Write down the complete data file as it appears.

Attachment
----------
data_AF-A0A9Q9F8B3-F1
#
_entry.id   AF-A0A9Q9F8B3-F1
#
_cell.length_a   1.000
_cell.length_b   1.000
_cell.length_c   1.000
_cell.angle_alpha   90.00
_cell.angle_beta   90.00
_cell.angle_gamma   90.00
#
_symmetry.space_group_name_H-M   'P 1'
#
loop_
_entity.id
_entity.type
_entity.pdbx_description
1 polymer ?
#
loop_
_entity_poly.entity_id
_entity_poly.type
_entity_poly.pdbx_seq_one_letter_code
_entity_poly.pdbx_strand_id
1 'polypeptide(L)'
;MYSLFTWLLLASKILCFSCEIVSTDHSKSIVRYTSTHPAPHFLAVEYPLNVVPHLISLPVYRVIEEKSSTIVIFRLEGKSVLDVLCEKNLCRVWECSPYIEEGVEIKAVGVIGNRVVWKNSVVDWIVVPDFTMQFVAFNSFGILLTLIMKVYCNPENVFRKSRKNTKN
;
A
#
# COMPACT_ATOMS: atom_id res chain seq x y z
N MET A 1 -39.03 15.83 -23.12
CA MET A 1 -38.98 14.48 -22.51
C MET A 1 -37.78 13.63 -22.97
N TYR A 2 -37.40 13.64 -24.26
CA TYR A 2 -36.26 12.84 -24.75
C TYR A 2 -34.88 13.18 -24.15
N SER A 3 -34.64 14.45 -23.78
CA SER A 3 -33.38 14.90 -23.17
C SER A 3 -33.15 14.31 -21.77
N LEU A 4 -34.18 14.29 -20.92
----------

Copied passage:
data_AF-A0A9Q9F8B3-F1
#
_entry.id   AF-A0A9Q9F8B3-F1
#
_cell.length_a   1.000
_cell.length_b   1.000
_cell.length_c   1.000
_cell.angle_alpha   90.00
_cell.angle_beta   90.00
_cell.angle_gamma   90.00
#
_symmetry.space_group_name_H-M   'P 1'
#
loop_
_entity.id
_entity.type
_entity.pdbx_description
1 polymer ?
#
loop_
_entity_poly.entity_id
_entity_poly.type
_entity_poly.pdbx_seq_one_letter_code
_entity_poly.pdbx_strand_id
1 'polypeptide(L)'
;MYSLFTWLLLASKILCFSCEIVSTDHSKSIVRYTSTHPAPHFLAVEYPLNVVPHLISLPVYRVIEEKSSTIVIFRLEGKSVLDVLCEKNLCRVWECSPYIEEGVEIKAVGVIGNRVVWKNSVVDWIVVPDFTMQFVAFNSFGILLTLIMKVYCNPENVFRKSRKNTKN
;
A
#
# COMPACT_ATOMS: atom_id res chain seq x y z
N MET A 1 -39.03 15.83 -23.12
CA MET A 1 -38.98 14.48 -22.51
C MET A 1 -37.78 13.63 -22.97
N TYR A 2 -37.40 13.64 -24.26
CA TYR A 2 -36.26 12.84 -24.75
C TYR A 2 -34.88 13.18 -24.15
N SER A 3 -34.64 14.45 -23.78
CA SER A 3 -33.38 14.90 -23.17
C SER A 3 -33.15 14.31 -21.77
N LEU A 4 -34.18 14.29 -20.92